Since UnkaJim wasn't in residence today, we visited other parts of the farm inherited by his brother and sisters.  Jeanne and I rode ATVs with the Duncan boys down to an area along the creek which cousin Steve has dubbed Moccasin Lane.  This part of the farm was inherited by their high-spirited and fun-loving mother, our Aunt Claire.  Ever the Eagle scout, Rich started a fire in Steve's fire pit by the creek using just a flint.

Rich shows Jeanne how it's done.
While the cousins were chilling at the creek, Ken, David and the kids were fishing for dinner at what is affectionately called "Lake Jose," part of the farm which was handed down to our witty and widely traveled Uncle Joe.  Fishing at the pond was a favored activity when we were growing up, and Jeanne has introduced that enjoyment to her children and grandchildren.

What's for dinner?
Our final stop at the family farm was the pièce de résistance from the kids' perspective.  Yes, four-wheeling is cool, and fishing is fun, but for them, nothing can compete with the giant sandbox on that part of the farm that went to Nanamama in the division process.

The giant sandbox
Known locally as the gravel pit, this stretch of land is characterized by sandy topsoil over layers of clay and more sand.  It has been mined as a sand quarry for many years for local roads and other construction, leaving big granular hills perfect for kids to run up and slide down.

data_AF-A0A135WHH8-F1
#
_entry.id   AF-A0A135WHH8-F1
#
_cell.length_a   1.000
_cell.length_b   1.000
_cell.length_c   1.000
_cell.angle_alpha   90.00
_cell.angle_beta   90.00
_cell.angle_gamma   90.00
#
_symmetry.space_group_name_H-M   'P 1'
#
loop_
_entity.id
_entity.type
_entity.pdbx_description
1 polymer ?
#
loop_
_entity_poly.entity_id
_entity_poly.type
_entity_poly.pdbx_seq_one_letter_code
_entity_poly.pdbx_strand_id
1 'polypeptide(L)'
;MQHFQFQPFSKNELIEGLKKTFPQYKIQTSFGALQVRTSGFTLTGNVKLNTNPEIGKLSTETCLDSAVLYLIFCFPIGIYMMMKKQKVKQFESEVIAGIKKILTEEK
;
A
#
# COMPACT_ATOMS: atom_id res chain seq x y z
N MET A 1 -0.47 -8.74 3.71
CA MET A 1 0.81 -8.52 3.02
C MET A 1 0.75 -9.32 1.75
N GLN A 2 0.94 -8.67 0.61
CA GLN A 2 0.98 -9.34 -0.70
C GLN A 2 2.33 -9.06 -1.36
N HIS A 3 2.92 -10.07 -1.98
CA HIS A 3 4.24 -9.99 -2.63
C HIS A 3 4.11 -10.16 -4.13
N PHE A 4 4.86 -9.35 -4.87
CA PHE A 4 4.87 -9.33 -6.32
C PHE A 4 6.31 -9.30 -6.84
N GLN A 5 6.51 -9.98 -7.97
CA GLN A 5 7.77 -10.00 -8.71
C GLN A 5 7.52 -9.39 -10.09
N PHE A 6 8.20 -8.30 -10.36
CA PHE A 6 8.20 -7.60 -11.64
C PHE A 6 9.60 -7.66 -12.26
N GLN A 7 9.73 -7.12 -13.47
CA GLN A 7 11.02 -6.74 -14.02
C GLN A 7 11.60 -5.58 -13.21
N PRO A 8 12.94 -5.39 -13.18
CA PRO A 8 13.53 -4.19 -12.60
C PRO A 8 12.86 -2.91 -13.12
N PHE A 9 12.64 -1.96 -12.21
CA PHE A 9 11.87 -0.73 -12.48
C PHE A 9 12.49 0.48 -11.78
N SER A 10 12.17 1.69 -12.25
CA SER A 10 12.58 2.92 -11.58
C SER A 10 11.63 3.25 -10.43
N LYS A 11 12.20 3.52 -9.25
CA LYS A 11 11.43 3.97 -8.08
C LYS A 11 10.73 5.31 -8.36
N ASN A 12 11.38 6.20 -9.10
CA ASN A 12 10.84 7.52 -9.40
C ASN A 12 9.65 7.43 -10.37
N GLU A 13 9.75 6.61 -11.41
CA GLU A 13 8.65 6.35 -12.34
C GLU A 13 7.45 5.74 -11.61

For older kids, the gravel pit offers a safe place for a bit of target practice.
The biggest problem with taking kids to the gravel pit is getting them to leave.  Never in my recollection has a kid declared him or herself ready to depart.  Even the teens like to go, albeit for a different reason.  Those who have AT&T cell service have no signal in this rural area—except from the top of the hills in the gravel pit.

There's some fried fish on that table, thanks to our fishermen, and Nanamama, our wonderful cook.
Another fine spread of down home cooking was awaiting us at Knightwood when we all returned from our farm adventures.  David quickly prepped the big catch, and Nanamama fried it up.  By then David's wife Tonya and son Andrew had arrived to join us, and we all ate until we coudn't.

The next day was Easter, and everyone dressed in their spring finery.  All too soon, it was time for us to depart so we could get Steven home to return to school the following day.  As much as we missed the cousins and siblings, aunts and uncles who couldn't be there, it was another fun time on the farm. 

On the way south, we stopped to visit nephew David at the University of West Alabama, his new coaching home.
Very close to the farm is the resting place of many other relatives.  We like to visit them also.
Cousins reunited:  Richard, Steve, Di, Tommy and Jeanne
Three of the Duncan boys (We all missed Bruce, who was in rehab in Tallahassee!)
Richard, a city boy on a country lane
Like the farmhouse, Lake Jose once had another name.  Our grandmother called it Mirror Lake, for obvious reasons.
Steven and Carson play "together", each on his individual device.  "We can talk; we just can't listen," Carson explained.
Sister J gets the big catch of the day.
As kids we called these sand columns with pebble tops "fairy castles," but I've never been able to find the real term for them.
Spring on Moccasin Lane
Look out below!  Here comes Lizzie!
David and family looking good, even without their Easter bonnets.